“Imagination is the
beginning of creation. You imagine what you desire, you will what you imagine
and at last you create what you will.” — George Bernard Shaw
An Icelandic waterfall, a
village of Danish houses complete with human faces, an art gallery reimagined
as a quasi, dreamlike forest—these are just a few of the immersive exhibitions
curator Juliana Engberg has brought together for the 19th Biennale of Sydney,
which this week begins its three-month run in Australia’s southeast coast.
Borrowing its title from Irish playwright George Bernard Shaw, “You Imagine What You Desire” follows the theme of artistic
imagination and desire through an exhibition dispersed across Sydney and a
variety of distinct venues; highlights include: the Museum of Contemporary Art
Australia (MCA), the Art Gallery of New South Wales (AGNSW), and what Engberg
calls spirited and “feral” locations including Cockatoo Island, a former prison
and shipyard, and Carriageworks, a former railyard.
On Cockatoo Island, Engberg
has created a magical and immersive “fun-park,” filled with performative,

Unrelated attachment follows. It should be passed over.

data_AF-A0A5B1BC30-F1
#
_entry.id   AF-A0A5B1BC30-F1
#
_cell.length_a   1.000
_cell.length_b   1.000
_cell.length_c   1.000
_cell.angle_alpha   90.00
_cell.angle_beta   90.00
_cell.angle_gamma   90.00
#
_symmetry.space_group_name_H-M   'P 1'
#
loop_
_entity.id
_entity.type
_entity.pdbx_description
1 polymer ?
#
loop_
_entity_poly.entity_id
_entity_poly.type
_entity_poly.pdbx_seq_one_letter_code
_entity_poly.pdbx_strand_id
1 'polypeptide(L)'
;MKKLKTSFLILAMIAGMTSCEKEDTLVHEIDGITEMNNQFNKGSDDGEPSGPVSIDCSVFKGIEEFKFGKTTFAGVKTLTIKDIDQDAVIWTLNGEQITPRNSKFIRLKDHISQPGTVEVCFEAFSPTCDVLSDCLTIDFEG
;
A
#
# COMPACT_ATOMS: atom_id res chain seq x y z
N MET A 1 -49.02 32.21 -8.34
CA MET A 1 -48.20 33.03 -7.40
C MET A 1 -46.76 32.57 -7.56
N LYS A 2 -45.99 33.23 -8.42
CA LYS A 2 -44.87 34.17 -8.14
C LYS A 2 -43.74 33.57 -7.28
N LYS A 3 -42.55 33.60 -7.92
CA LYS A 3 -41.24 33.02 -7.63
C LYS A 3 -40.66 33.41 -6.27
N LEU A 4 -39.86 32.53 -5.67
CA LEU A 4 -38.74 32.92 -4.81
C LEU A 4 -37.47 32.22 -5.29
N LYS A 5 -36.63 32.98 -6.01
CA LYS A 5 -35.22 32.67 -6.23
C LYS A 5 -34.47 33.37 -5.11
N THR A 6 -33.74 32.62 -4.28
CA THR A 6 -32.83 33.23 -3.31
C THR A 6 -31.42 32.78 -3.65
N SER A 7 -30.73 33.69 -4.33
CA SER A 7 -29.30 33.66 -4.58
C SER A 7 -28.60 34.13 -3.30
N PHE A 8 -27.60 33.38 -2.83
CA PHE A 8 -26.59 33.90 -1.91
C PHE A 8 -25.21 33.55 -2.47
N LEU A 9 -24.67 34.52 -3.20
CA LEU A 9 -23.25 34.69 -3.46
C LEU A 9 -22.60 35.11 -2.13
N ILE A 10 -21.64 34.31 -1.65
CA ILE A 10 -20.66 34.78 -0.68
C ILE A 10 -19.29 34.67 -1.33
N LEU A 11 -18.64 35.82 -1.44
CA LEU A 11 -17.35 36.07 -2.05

interactive, and kinetic works. Look for the trademark anthropomorphic houses
of Danish duo Randi & Katrine
and fellow Dane Eva Koch
’s life-sized, slow motion projection of an
Icelandic waterfall—complete with the sound of roaring water. Skip over to the
MCA and you’ll find British video artist Douglas Gordon
’s dramatic mixed-media installation, Phantom,
where Rufus Wainwright’s piercing eye and two Steinway pianos are set to
the sound of the singer-songwriter’s haunting voice. At AGNSW, Chinese artist Yingmei Duan
will live for no less than 12 weeks within the
forest she built inside the gallery, handing out written wishes to passersby.
And along city streets, Lithuanian artist Eglë Budvytytë
has choreographed a group
of men who, running through Sydney’s business district, will pantomime a gamut
of emotions, from shame to seduction.
“For me artists are active
philosophers who seek to engage the audience and viewer in an exploration of
our world through metaphor, narrative and poetry,” Engberg said. “They do this
so that we might find inspiration in the sensations and intensities produced by
art, and so that we might, temporarily, step aside from our commonplace
experiences and feel something uncanny and unusual.” This week, explore the
Biennale of Sydney on Artsy and see for yourself—and if you’re in Sydney, spend
time with Engberg’s magical and immersive environments that have temporarily,
and delightfully, taken over the city.